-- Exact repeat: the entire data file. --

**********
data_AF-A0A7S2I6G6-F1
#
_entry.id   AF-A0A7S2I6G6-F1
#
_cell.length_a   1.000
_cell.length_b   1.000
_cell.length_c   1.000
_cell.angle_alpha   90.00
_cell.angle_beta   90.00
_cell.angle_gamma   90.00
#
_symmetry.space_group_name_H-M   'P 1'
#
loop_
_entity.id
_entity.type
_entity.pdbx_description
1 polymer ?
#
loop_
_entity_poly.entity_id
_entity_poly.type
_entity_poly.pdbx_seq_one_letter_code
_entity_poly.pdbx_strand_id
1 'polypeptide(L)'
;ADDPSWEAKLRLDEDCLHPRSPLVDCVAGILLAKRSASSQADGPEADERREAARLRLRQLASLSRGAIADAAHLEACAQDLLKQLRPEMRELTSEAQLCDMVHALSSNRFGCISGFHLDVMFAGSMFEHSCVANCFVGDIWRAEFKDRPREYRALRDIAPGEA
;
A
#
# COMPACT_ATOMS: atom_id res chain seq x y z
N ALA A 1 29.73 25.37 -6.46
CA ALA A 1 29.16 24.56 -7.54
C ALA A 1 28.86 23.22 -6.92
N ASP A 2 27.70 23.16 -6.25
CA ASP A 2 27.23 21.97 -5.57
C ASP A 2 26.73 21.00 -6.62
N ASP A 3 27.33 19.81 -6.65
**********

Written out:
data_AF-A0A7S2I6G6-F1
#
_entry.id   AF-A0A7S2I6G6-F1
#
_cell.length_a   1.000
_cell.length_b   1.000
_cell.length_c   1.000
_cell.angle_alpha   90.00
_cell.angle_beta   90.00
_cell.angle_gamma   90.00
#
_symmetry.space_group_name_H-M   'P 1'
#
loop_
_entity.id
_entity.type
_entity.pdbx_description
1 polymer ?
#
loop_
_entity_poly.entity_id
_entity_poly.type
_entity_poly.pdbx_seq_one_letter_code
_entity_poly.pdbx_strand_id
1 'polypeptide(L)'
;ADDPSWEAKLRLDEDCLHPRSPLVDCVAGILLAKRSASSQADGPEADERREAARLRLRQLASLSRGAIADAAHLEACAQDLLKQLRPEMRELTSEAQLCDMVHALSSNRFGCISGFHLDVMFAGSMFEHSCVANCFVGDIWRAEFKDRPREYRALRDIAPGEA
;
A
#
# COMPACT_ATOMS: atom_id res chain seq x y z
N ALA A 1 29.73 25.37 -6.46
CA ALA A 1 29.16 24.56 -7.54
C ALA A 1 28.86 23.22 -6.92
N ASP A 2 27.70 23.16 -6.25
CA ASP A 2 27.23 21.97 -5.57
C ASP A 2 26.73 21.00 -6.62
N ASP A 3 27.33 19.81 -6.65